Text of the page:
Are You Ready for Behavioral Marketing?

  |  March 24, 2010   |  Comments

Embracing a behavioral targeting program is, in many ways, counter to the fast-paced culture of Internet marketing. Here's how.

Onsite behavioral marketing programs, delivering customized, targeted Web content are emerging as an appealing option for businesses seeking new ways to drive sales and improve conversion rates in an era where accountability for marketing spend continues to grow. Shifting from mass market messaging to customized, diversified messaging enables marketers to narrow their focus to high value conversion points - and tailor their message to deliver richer, more relevant interactions.

"On average, consumers visit 2.5 Web sites prior to making online purchases, and 42% visit three or more sites during their research process," according to a Jupiter Research/NPD Retail Consumer Survey from April 2008. With multiple touchpoints in the customer lifecycle, the opportunity to deliver highly segmented, custom content is well within reach.

Behavioral programs should identify and segment visitors, deliver targeted content and offers, and provide a foundation to improve conversion and retention rates. The real question is not if targeting works, but is your business ready to embrace change?

Organization Readiness: How Mature Is Your Marketing Organization?

Embracing a behavioral targeting program is, in many ways, counter to the fast-paced culture of Internet marketing. Patience becomes a new mantra. From collecting rich data sets to developing unique profiles and testing versions before a "winner" is isolated, behavioral programs require a commitment of time and infrastructure to truly deliver on their potential.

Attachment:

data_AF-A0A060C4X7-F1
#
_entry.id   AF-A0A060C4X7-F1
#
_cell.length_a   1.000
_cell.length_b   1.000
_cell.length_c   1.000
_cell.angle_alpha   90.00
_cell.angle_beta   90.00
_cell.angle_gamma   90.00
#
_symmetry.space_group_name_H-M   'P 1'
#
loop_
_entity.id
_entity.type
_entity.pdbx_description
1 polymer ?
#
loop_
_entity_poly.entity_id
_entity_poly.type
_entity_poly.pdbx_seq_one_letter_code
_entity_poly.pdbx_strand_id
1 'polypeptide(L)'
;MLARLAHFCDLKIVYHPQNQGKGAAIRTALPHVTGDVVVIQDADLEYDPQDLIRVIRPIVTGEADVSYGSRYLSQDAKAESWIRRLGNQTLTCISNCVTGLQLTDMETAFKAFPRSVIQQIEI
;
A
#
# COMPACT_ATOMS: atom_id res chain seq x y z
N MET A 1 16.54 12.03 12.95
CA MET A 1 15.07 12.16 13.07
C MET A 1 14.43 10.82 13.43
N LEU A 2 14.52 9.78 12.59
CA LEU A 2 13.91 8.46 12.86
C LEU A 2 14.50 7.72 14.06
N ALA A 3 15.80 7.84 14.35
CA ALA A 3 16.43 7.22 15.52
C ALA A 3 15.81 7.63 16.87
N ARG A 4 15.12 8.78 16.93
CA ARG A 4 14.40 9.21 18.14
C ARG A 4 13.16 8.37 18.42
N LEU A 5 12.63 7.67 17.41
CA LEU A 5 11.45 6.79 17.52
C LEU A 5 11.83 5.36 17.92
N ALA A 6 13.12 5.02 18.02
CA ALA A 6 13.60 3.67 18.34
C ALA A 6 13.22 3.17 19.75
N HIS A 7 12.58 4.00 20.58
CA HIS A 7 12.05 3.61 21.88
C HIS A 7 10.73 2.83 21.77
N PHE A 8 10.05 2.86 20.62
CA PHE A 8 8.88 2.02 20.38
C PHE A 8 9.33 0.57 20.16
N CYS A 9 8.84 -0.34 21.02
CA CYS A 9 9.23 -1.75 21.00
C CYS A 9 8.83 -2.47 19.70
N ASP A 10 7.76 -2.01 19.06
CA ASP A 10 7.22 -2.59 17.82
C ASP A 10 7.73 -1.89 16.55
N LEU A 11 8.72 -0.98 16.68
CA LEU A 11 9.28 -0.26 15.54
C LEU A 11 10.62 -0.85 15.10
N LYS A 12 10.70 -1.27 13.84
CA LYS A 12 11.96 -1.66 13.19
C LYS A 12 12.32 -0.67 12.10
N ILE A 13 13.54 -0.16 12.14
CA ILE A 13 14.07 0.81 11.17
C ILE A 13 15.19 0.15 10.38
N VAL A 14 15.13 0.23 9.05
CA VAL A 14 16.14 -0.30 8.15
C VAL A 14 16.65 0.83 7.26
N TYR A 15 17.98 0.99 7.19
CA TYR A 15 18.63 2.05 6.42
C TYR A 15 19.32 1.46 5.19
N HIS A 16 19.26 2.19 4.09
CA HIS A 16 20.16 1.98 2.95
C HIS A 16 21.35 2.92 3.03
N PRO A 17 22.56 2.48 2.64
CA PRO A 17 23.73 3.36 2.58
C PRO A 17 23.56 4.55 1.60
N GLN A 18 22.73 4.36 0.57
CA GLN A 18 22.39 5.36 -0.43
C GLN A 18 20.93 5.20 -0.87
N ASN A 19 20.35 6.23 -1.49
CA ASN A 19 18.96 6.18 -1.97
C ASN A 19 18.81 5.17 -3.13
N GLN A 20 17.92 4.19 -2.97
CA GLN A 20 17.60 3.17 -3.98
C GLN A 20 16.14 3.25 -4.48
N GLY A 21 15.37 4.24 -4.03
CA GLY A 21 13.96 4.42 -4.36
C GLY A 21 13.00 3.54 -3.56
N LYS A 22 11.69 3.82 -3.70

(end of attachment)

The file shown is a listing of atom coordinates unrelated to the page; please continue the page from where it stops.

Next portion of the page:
• Data: The foundation of most behavioral programs is strong data. Is there a collection effort underway to collect core behavioral elements to build profiles and segmentation groups? Is your data robust enough to build profiles distinct enough to warrant unique content? Are you working with your partners and external ad networks to integrate third-party data into your environment?

  • Technology: Are you using a set of tools and applications that can deliver customized content - landing pages, banners, and text - based on actions the user takes, even prior to visiting your site? Do you have the staff in place to run multiple tests and segmentations simultaneously?

  • Content and creative: Have you or your agency produced multiple versions of your primary assets to deliver once the visitor has been identified? Do you have enough diversity of content to isolate different variables for testing?

  • Insights: Who's crunching the numbers? Has your marketing team evolved to include analysts and statisticians who can identify trends and insights based on site behavior and segment performance?

  • Optimization: How are the insights being applied? Are the appropriate stakeholders from the business involved in the process to ensure that the data is not just reported on, but used to optimize the site and improve business processes?

Justifying the Investment